At one point I even asked her, "How the hell did you find this article? It's from a newspaper on a college campus in the middle of the desert? Do you troll any media outlet you can find for any single mention of "Santa Baby?"

I can't remember her response, but I'm sure it was angry. And hilarious.

And so, tonight, as Boy Wonder works on his new lego set (Thanks, Nana!), we have the music channel playing holiday music and Madonna's version of "Santa Baby" came on a couple hours ago. It came on again a couple minutes ago...sung by Eartha Kitt herself.

I guess all that hard work harassing newspapers and journalists got SuperCrazy nowhere. Not even the "Sounds of the Season" channel recognizes her "major contribution to pop culture"....


PS....Yes, I fully expect to somehow recieve a pissed off e-mail from this woman. I'm quite certain she's got the words "Santa Baby" locked down on Google Alerts. And yes...I'll post her nasty letter in full here for you to enjoy it as much as I'm sure I will. :)

Wednesday, December 2, 2009

It's Time to Admit Defeat: New Tactics and the Picky Eater in My House

Folks, it's war.

I've known it for a while...a simmer that's slowly built up to a boil as I've watched Boy Wonder leave more and more food on his plate, immediately asking for snacks after meals, hording food in his bedroom, stealing my cans of diet soda when I'm not looking (he really does...I went back to finish one last night and the damn can was empty...and I'd just opened it!)

Whether Boy Wonder is truly a picky eater (could be, could be) or whether he's just darn lazy (another great possibility), there's a war brewing in our home and the refrigerator stands at ground zero.
P's been on to Boy Wonder for a few months now, but has given the kid space to change his ways. This morning, all heck broke loose when I went to change out his backpack before school and took out yesterday's lunchbox (yes, I forgot to last night.) Inside, I saw his lunch that I packed him--still intact 24 hours later. Oh sure, half the ham sandwich was gone and so was the juice box, but still...EVERYTHING else remained there. Untouched.

I panicked. I did a mental tally of all the things I saw him eat throughout the day (and yes, this is where my own "mea culpa" comes into the picture. The following list is shocking, sickening, and I'm taking full responsibility for it's ick-factor):

* a bowl of Lucky Charms, a half glass of Orange Juice for breakfast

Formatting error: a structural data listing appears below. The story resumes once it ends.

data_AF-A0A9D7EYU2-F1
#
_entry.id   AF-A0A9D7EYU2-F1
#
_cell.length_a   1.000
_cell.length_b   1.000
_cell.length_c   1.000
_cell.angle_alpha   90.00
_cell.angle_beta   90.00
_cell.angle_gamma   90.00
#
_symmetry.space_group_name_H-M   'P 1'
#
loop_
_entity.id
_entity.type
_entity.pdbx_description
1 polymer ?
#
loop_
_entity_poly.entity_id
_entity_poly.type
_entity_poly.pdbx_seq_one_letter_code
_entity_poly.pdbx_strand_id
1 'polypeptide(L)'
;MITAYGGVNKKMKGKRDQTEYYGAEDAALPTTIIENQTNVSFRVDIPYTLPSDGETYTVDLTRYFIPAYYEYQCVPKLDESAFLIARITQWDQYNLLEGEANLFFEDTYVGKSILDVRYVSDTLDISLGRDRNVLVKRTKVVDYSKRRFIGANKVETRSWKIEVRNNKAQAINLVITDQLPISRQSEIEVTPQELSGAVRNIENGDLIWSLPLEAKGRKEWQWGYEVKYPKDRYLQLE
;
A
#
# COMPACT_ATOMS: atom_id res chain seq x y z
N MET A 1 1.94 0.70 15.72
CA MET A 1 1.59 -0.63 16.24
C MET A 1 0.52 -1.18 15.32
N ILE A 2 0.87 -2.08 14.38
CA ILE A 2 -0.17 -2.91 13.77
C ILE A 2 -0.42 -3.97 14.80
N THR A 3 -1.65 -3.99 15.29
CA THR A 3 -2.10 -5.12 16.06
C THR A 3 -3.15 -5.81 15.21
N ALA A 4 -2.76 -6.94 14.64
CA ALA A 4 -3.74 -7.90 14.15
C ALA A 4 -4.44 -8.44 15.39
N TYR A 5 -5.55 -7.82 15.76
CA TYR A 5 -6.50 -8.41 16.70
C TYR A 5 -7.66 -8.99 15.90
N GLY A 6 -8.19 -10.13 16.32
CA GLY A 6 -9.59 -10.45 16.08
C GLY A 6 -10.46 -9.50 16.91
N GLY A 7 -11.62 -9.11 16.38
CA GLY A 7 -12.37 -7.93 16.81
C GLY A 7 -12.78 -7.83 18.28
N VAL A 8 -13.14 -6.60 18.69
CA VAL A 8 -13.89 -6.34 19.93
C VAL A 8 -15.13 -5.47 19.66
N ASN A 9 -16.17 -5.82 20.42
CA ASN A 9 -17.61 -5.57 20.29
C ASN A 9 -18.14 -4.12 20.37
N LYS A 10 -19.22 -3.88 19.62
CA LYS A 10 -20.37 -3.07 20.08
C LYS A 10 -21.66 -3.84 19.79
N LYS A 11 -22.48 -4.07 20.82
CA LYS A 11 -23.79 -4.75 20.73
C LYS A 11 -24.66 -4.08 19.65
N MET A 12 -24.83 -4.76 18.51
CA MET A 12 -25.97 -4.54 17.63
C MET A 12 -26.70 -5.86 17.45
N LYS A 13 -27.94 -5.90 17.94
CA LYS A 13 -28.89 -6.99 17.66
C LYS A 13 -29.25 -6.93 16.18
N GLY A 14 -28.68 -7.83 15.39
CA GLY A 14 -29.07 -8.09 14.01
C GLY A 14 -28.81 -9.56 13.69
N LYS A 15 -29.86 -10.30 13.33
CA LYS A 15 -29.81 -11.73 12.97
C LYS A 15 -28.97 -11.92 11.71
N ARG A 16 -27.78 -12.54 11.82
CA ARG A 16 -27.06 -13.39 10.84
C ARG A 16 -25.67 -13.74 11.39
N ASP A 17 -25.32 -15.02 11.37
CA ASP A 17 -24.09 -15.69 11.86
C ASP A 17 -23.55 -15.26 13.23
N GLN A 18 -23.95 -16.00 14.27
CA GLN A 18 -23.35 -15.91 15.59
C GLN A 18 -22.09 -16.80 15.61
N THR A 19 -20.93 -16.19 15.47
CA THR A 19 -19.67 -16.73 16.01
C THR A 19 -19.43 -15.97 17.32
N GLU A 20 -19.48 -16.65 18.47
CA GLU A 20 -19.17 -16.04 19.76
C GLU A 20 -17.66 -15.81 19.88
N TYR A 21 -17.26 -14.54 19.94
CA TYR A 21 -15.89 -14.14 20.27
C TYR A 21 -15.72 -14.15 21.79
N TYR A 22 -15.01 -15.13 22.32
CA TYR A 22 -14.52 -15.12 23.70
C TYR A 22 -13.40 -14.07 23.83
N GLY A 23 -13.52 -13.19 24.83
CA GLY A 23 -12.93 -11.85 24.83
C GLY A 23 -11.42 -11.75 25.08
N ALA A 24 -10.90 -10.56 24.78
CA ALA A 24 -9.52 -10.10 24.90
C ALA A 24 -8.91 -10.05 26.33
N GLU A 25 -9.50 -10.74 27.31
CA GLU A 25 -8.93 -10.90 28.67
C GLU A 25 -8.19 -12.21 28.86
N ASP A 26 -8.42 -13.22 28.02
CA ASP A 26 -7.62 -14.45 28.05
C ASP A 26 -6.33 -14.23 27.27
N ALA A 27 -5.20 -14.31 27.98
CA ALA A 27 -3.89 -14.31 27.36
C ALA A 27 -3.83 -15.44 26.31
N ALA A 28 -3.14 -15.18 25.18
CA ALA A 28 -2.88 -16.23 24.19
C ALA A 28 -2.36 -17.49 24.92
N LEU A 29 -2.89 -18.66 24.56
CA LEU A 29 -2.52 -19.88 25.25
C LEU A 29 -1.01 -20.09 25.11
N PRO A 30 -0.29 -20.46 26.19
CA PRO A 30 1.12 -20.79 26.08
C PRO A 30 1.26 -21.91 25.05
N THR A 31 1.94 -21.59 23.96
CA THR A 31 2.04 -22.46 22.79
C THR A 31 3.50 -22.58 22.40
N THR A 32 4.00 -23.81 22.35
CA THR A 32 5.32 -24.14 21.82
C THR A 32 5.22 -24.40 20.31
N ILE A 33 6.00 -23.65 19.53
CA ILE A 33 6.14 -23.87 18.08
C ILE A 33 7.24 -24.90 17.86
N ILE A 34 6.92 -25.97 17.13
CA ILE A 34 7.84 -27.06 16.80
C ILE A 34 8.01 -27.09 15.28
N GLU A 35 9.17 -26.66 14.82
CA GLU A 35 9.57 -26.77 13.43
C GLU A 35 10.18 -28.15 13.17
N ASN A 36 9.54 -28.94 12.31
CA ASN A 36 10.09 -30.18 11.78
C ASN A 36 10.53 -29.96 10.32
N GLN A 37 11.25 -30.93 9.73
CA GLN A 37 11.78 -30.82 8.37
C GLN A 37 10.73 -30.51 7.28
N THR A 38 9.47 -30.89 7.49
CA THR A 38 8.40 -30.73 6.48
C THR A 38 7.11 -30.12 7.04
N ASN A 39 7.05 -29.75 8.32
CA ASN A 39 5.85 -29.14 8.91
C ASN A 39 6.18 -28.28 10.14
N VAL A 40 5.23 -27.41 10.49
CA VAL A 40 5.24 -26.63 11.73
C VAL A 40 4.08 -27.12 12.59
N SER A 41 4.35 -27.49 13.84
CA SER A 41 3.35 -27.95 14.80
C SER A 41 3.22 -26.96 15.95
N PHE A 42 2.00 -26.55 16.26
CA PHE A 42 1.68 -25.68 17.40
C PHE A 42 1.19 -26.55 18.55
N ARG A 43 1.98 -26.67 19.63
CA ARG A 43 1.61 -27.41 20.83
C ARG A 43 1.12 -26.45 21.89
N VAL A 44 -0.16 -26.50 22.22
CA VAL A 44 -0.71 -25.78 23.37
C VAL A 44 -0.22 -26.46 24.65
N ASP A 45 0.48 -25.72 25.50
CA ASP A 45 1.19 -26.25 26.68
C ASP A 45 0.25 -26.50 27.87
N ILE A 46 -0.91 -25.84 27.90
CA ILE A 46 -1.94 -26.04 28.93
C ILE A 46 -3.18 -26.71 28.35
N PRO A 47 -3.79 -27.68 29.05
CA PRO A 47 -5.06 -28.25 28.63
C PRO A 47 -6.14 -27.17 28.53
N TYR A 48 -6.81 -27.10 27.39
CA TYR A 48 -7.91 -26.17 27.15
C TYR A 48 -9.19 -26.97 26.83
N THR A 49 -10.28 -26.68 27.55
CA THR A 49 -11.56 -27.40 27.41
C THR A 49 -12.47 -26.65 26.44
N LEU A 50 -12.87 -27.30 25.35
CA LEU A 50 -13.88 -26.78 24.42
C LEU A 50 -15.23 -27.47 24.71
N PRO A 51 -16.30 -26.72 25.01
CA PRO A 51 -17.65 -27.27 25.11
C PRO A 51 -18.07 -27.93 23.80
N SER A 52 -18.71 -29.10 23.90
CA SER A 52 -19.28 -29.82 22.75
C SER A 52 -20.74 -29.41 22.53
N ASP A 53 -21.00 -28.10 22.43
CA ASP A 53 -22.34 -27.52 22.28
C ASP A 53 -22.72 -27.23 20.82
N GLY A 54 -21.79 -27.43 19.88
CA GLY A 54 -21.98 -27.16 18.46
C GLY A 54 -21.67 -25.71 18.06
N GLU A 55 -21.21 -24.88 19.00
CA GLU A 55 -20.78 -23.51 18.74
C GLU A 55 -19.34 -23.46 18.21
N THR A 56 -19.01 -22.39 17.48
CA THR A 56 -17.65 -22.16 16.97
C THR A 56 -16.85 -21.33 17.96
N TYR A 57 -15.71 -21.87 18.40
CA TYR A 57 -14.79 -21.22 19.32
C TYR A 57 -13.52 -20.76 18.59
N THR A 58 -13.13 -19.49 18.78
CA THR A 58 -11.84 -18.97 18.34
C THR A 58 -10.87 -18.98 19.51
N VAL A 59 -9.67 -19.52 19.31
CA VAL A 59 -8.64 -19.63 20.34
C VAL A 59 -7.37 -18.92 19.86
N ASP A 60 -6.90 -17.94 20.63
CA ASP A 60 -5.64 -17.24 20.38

* sent him to school with a lunch he didn't eat besides the juice box and the half sandwich

*once home, he snacked on pretzels while watching TV (this is also where he stole my soda)

*for dinner I made him a plate and all he ate was the corndog and two bites of applesauce

If I am lucky ( and I mean with a capital L-U-C-K-Y), he ingested what? a total of 800 grams of sugar and about 700 calories of crap??? And if you know Boy Wonder (or have eyes in your head and have seen a picture of him recently), you know he's a skinny little man. It's something I assume he'll grow out of (definitely not a trait he gets from me!), but not with the way he's currently eating.
I stood in shock for about two minutes this morning when I came to that conclusion. Thankfully P was sympathetic and kind, but I could tell he was relieved that I finally "got it." (He walks a fine line between being a parental figure and trying not to be an overbearing step-dad...of which he does a MIGHTY fine job, I must say).

We mutally decided on a "no snack" policy for the forseeable future, as Boy Wonder lives, breaths, and dwells on snacks. He'll ask for snacks directly after dinner. (Say whaaaaaaat?) I'm throwing out all pretzels, chips, and "snacky crap" when I get home. (Sorry, P! Hiden those goodies on the top shelf of the cabinet before I get home!!)

I went out and bought that "hide good crap in your kid's food book" (aka "Deceptively Delicous") and while I tried FOREVER to avoid her hype and buying in to it, it's a pretty brilliant idea. I've already put sticky notes on several of the recipes I want to try and I'll post a few and how they turned out.

I also did some research on "picky eaters" and it seems to be a phenomenon.

I, personally, don't remember being given the option of being picky...but that was back in the 80s...when kids didn't wear seatbelts, car seats hadn't been invented, and the only nutritional advice Hulk Hogan offered us was to eat our vitamins and say our prayers. (Check and check.) My mom would have knocked me out of my chair if I'd refused to eat and THEN asked for some pretzels. I'm a softie, I admit it.

I found a PBS entire Web section called The Science of Picky Eaters.

Psychology Today (one of my all time favorite magazines that has a Web site so rad and true to their print version that I rarely buy the hard copy anymore) has this article: "Picky Eaters."

And finally, the Mayo Clinic has "10 Tips for Picky Eaters" in their Children's Nutrition section.
We have a lot of work ahead of us. A long, uphill battle where we have to be bad guys (I HATE being the bad guy), we have to make rules and stick to them (not so great at that, either), and we have to set a good example (BOOO!)

But as small of a consolation as it is...I get to make broccoli puree and find a way to sneak it into his chocolate chip pancakes...suhweeet. A little something I like to call "Mama's Revenge."